I posted our first AI roundup last month, and given the speed that this technology is likely to evolve, I can see us doing this once a month for a while. 

The future is now

Carol Roth shared some of the AI-related content from her new book in this post, “As AI makes gains, who owns your thoughts and your soul?” From personal biometrics and who knows and can sell that information to the digitizing of our consciousness, we are on some slippery slopes! 

With our current technology, what was in the realm of science fiction is now close to reality. Carol writes: 

As time goes on, and you license and rent more technology, using palm and fingerprint scanners for convenience or connect personal data to digital wallets and so on, what ends up happening with the unique characteristics, talent, biometrics and more that make you who you are?  

What happens to your thoughts?  

Imagine a future world. You have been in a terrible car accident. The paramedics arrived, but you are losing too much blood. It doesn’t look like you can be saved. The paramedics contact your next of kin and they give the ok. The paramedics reach around and dislodge a chip from your skull and return it to your family. 

Your family looks at your wishes and locates the new body you have chosen for yourself. Your chip, which connects to a backup downloaded copy of your brain, gets inserted into a new body. You come back to life, barely remembering the accident. You also look great in your new robotic body, which, per your choice, is about 20 pounds thinner and three inches taller.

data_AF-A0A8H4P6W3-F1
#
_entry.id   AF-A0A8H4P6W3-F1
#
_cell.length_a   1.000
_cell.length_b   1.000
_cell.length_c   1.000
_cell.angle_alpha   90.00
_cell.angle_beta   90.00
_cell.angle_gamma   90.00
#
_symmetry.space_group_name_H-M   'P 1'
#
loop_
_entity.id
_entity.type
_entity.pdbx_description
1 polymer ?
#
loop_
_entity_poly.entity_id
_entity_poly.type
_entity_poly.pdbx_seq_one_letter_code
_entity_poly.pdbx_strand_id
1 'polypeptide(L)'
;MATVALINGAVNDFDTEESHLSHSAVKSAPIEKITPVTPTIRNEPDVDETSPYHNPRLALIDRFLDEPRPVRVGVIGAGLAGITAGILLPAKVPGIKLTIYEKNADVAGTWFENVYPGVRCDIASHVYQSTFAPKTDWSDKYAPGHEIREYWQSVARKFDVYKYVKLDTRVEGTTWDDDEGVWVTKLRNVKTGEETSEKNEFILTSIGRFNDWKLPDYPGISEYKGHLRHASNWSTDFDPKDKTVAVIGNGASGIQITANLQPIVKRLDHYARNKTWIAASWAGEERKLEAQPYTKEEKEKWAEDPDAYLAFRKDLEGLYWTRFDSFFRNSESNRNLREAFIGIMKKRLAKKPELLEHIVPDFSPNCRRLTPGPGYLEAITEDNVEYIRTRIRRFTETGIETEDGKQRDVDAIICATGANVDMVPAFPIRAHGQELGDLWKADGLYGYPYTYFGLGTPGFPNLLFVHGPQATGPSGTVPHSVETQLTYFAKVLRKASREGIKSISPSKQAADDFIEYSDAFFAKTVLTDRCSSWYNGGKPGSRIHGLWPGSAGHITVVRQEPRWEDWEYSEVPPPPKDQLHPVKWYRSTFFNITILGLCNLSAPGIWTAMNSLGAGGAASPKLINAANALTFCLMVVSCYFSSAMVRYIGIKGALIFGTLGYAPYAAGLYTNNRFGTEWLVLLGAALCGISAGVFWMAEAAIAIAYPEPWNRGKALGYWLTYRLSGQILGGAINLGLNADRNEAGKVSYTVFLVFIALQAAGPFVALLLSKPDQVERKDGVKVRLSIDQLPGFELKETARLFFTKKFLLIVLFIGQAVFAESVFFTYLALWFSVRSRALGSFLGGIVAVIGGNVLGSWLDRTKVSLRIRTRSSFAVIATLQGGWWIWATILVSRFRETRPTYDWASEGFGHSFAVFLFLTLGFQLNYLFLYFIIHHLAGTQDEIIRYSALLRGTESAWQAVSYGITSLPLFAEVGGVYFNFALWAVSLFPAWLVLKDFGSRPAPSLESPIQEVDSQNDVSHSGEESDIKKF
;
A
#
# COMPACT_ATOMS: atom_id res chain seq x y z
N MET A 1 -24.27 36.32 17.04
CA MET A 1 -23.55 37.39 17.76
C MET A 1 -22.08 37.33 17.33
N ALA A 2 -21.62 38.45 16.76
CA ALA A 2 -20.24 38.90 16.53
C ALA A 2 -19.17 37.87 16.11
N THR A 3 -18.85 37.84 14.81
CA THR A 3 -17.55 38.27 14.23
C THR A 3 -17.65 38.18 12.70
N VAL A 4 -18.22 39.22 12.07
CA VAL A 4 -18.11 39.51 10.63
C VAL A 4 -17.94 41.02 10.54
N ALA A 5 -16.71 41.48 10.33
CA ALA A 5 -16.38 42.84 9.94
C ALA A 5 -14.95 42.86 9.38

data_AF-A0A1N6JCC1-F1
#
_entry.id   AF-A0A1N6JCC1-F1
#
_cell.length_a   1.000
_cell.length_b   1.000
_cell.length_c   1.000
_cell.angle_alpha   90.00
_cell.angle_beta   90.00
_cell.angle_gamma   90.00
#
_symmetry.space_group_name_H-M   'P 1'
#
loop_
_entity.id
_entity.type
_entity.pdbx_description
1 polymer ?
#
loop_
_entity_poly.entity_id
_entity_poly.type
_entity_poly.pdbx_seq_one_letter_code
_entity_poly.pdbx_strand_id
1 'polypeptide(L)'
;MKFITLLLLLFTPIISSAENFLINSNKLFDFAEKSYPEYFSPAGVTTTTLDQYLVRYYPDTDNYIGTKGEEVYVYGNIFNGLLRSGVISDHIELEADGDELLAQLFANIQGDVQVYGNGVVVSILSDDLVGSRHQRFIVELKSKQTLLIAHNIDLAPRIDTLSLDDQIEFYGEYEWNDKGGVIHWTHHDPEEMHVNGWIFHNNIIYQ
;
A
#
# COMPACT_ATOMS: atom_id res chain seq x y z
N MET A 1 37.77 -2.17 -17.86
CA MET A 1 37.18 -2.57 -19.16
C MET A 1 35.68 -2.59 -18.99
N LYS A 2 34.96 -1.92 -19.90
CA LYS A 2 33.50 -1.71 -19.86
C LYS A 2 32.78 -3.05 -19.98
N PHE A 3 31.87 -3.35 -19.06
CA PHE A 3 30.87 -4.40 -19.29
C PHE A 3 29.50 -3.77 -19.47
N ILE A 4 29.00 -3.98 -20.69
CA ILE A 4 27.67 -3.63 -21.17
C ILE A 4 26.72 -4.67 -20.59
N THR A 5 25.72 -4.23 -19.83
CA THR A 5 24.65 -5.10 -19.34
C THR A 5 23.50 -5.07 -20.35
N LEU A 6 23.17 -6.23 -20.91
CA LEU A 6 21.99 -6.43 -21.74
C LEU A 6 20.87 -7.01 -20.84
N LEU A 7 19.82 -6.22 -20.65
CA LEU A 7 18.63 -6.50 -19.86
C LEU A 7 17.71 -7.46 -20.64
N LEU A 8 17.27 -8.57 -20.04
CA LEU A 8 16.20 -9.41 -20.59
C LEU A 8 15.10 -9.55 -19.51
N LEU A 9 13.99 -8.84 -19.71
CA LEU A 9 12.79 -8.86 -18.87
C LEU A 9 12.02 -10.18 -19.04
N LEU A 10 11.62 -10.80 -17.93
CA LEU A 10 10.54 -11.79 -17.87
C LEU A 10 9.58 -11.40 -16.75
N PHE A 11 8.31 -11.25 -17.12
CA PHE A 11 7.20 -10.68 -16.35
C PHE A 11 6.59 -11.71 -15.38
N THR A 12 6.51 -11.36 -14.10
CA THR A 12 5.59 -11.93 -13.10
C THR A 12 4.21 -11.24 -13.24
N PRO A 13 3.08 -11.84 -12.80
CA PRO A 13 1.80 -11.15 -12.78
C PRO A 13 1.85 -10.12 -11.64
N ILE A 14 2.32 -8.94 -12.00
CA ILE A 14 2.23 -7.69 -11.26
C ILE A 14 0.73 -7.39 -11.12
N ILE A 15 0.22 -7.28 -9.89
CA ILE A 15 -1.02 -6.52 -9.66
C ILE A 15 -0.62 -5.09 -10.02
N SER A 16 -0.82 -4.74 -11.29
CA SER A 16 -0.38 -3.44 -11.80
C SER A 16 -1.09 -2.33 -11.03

I think I saw this movie . . .

Copyright requires a human

Josh Bernoff, my go-to expert about business books and writing, underlines the problems with AI-generated books that are getting spit out at such velocity that Amazon may need to update its policies. And in the no-BS style that is his brand he says, “You can’t copyright AI drivel. So don’t publish AI drivel.” Here’s why:

A district court judge has confirmed a ruling by the US Copyright Office that AI-generated art cannot be copyrighted. That’s yet another reason you should be using AI as a tool, not a text-generator.

Apparently, a human hand is needed for copyright protection, so if you are just blindly publishing AI-generated content without editing it, you won’t own the copyright. 

This does not mean that you can’t use AI to help generate outlines or drafts or whatever. You can absolutely do that if you want to.

Generative AI has issues 

While I don’t think this will happen, part of me hopes this curmudgeonly view about the AI boom petering out is correct. From this article, “Generative AI boom ‘could come to a fairly swift end’”:

Predictions about the potential impacts of generative AI may be overblown due to “many serious, unsolved problems” with the technology according to Gary Marcus, one of the field’s leading voices.

In a recent blog post, scientist and entrepreneur Marcus said generative artificial intelligence (AI) such as ChatGPT “probably isn’t going to have the impact people seem to be expecting.”

The New York University professor and Center for the Advancement of Trustworthy AI co-founder warned that governments could be making a mistake by gambling on “the premise that generative AI will be world-changing.”

In short, AI makes stuff up, and unless the technology can stop “hallucinating,” it won’t have the impact many are predicting. 

I recommend taking a quick look at all of these articles. 

If nothing else, you will sound smart at networking events – or dinner parties. 

Photo by Joseph Hersh on Unsplash